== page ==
As we’ve reported recently, there is a lot happening on Mars right now! The US and China have both landed rovers on Mars, and the UAE has a new Martian orbiter as well, all carrying out scientific observations. You can follow along with the latest online with some of the links below.
Meanwhile, March also offers a good opportunity to see the planet Mars in the sky for yourself. Mars appears in the evening sky right now, and this week you can see it in conjunction with the Pleiades star cluster. This is their closest conjunction in 20 years, and the closest they’ll be in the sky again until 2038. Of course, Mars is nowhere near the Pleiades in space, it’s practically our next-door neighbor; but the conjunction makes for a spectacular light show in the sky.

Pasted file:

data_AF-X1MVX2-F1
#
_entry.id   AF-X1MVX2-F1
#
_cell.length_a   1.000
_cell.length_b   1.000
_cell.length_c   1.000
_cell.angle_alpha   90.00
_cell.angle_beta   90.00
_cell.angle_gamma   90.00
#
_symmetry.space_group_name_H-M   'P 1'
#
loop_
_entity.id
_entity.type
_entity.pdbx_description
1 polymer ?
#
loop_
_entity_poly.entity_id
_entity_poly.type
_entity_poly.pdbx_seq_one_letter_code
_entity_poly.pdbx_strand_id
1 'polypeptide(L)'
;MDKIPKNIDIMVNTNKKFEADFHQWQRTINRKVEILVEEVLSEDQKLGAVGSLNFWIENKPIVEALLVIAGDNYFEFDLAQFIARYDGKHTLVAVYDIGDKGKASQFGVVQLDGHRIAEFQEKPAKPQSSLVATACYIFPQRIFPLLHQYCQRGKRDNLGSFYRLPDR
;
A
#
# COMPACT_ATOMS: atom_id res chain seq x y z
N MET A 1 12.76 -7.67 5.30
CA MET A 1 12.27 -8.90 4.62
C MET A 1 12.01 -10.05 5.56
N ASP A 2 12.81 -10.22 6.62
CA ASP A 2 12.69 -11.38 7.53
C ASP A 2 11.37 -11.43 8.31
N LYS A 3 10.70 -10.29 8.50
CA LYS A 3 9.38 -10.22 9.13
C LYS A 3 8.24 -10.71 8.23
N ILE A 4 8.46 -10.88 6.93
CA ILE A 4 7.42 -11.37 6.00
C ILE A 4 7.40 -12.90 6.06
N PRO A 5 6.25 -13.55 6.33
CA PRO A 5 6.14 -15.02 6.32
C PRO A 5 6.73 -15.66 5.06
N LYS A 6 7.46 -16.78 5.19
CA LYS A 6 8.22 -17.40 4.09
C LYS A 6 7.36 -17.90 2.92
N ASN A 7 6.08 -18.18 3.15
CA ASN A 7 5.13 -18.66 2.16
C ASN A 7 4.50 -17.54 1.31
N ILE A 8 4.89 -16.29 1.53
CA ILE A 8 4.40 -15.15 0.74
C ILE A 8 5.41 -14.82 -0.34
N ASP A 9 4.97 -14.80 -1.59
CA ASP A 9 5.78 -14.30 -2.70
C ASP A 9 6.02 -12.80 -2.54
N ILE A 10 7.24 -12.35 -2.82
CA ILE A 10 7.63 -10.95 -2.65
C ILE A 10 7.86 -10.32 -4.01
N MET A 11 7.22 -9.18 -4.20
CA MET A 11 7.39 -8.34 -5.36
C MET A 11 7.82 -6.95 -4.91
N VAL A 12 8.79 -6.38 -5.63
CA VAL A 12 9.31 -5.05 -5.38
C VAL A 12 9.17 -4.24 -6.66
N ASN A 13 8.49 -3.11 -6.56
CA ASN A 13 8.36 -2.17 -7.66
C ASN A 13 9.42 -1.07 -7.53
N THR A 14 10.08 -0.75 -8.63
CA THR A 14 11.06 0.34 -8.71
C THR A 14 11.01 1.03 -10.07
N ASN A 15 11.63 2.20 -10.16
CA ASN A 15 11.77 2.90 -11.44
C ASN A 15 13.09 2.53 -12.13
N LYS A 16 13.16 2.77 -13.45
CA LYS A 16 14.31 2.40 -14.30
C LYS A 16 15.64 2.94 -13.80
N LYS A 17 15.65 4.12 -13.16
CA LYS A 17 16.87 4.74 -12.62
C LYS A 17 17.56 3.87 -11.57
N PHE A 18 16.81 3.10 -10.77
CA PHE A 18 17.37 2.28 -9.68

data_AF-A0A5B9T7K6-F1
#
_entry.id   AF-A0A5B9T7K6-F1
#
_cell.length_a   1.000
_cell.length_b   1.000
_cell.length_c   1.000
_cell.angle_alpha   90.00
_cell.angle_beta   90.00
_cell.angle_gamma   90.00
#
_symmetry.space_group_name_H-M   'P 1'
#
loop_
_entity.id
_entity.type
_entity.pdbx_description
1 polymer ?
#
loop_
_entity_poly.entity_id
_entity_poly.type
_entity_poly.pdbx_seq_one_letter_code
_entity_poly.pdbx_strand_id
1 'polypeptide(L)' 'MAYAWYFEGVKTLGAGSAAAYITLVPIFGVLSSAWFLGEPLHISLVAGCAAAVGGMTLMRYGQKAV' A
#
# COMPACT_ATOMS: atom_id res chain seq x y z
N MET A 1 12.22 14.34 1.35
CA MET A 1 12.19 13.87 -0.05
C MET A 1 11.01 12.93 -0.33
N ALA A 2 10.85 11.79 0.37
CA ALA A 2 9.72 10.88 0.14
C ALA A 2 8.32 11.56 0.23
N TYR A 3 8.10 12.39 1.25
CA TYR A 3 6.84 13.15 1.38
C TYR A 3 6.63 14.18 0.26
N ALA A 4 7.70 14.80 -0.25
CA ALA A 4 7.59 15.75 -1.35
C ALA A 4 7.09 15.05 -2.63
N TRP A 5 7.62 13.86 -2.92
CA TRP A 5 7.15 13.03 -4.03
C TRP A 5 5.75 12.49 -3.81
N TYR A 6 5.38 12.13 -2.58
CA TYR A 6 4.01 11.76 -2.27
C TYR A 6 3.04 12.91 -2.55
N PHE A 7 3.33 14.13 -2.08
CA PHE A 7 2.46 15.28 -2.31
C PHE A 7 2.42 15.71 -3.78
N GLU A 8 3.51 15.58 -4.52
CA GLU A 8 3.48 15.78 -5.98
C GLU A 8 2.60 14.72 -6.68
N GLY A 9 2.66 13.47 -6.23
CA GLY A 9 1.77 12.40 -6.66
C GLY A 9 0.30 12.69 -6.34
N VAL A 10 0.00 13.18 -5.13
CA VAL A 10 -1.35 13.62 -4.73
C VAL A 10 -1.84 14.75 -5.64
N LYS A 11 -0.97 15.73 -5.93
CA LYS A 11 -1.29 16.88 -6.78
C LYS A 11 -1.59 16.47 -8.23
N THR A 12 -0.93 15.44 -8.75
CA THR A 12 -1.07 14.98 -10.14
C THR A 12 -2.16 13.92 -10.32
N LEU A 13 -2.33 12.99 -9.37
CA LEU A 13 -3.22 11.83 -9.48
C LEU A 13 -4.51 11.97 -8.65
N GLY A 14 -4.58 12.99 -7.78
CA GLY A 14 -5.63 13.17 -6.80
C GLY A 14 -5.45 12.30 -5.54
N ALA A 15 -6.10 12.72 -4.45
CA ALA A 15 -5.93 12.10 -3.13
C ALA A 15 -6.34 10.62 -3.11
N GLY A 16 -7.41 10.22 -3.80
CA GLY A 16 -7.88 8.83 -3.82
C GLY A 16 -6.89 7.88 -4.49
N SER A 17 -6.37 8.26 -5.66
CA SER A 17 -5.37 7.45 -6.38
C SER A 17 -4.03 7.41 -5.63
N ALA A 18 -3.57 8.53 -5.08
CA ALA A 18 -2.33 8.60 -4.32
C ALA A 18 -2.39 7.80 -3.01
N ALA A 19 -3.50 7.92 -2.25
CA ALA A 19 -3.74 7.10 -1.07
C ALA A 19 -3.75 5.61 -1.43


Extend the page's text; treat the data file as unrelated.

The Pleiades are cluster of young, bright stars over 400 light years away. They’re often referred to as the “Seven Sisters,” although there are more than seven of them – in a dark sky with clear air you might be able to pick out a dozen separate points of light with your eye, and telescopes have spotted hundreds of dimmer ones adding to the mass of the cluster.
Also, if you’re out in the early morning this month, keep an eye out for three other bright spots: Mercury, Jupiter, and Saturn may all be visible low on the horizon near sunrise. Read more at EarthSky.org.
And remember to watch for the latest news from Mars! Check out these links, and watch for articles tagged "space" here on the blog!